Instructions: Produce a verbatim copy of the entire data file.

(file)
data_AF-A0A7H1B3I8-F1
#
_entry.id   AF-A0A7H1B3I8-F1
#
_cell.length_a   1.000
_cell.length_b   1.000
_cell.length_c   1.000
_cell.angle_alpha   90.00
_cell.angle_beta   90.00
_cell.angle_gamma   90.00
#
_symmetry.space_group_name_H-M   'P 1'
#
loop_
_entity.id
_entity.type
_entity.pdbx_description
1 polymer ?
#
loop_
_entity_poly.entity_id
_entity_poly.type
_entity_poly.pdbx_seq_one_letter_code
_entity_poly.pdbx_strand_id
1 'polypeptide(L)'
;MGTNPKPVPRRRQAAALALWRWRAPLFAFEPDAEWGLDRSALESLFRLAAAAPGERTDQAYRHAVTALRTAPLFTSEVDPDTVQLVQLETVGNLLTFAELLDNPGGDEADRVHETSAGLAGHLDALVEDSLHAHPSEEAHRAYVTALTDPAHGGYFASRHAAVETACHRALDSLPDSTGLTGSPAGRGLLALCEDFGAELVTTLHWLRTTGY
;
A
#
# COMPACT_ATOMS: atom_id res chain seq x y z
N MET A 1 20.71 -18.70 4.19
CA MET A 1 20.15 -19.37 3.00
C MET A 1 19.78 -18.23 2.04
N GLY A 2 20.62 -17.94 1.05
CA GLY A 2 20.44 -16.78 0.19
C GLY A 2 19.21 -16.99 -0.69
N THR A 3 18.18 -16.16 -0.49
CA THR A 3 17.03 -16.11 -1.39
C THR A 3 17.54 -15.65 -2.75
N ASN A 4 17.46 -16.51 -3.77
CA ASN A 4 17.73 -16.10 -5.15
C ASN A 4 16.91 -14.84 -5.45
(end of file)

data_AF-A0A7H1B3I8-F1
#
_entry.id   AF-A0A7H1B3I8-F1
#
_cell.length_a   1.000
_cell.length_b   1.000
_cell.length_c   1.000
_cell.angle_alpha   90.00
_cell.angle_beta   90.00
_cell.angle_gamma   90.00
#
_symmetry.space_group_name_H-M   'P 1'
#
loop_
_entity.id
_entity.type
_entity.pdbx_description
1 polymer ?
#
loop_
_entity_poly.entity_id
_entity_poly.type
_entity_poly.pdbx_seq_one_letter_code
_entity_poly.pdbx_strand_id
1 'polypeptide(L)'
;MGTNPKPVPRRRQAAALALWRWRAPLFAFEPDAEWGLDRSALESLFRLAAAAPGERTDQAYRHAVTALRTAPLFTSEVDPDTVQLVQLETVGNLLTFAELLDNPGGDEADRVHETSAGLAGHLDALVEDSLHAHPSEEAHRAYVTALTDPAHGGYFASRHAAVETACHRALDSLPDSTGLTGSPAGRGLLALCEDFGAELVTTLHWLRTTGY
;
A
#
# COMPACT_ATOMS: atom_id res chain seq x y z
N MET A 1 20.71 -18.70 4.19
CA MET A 1 20.15 -19.37 3.00
C MET A 1 19.78 -18.23 2.04
N GLY A 2 20.62 -17.94 1.05
CA GLY A 2 20.44 -16.78 0.19
C GLY A 2 19.21 -16.99 -0.69
N THR A 3 18.18 -16.16 -0.49
CA THR A 3 17.03 -16.11 -1.39
C THR A 3 17.54 -15.65 -2.75
N ASN A 4 17.46 -16.51 -3.77
CA ASN A 4 17.73 -16.10 -5.15
C ASN A 4 16.91 -14.84 -5.45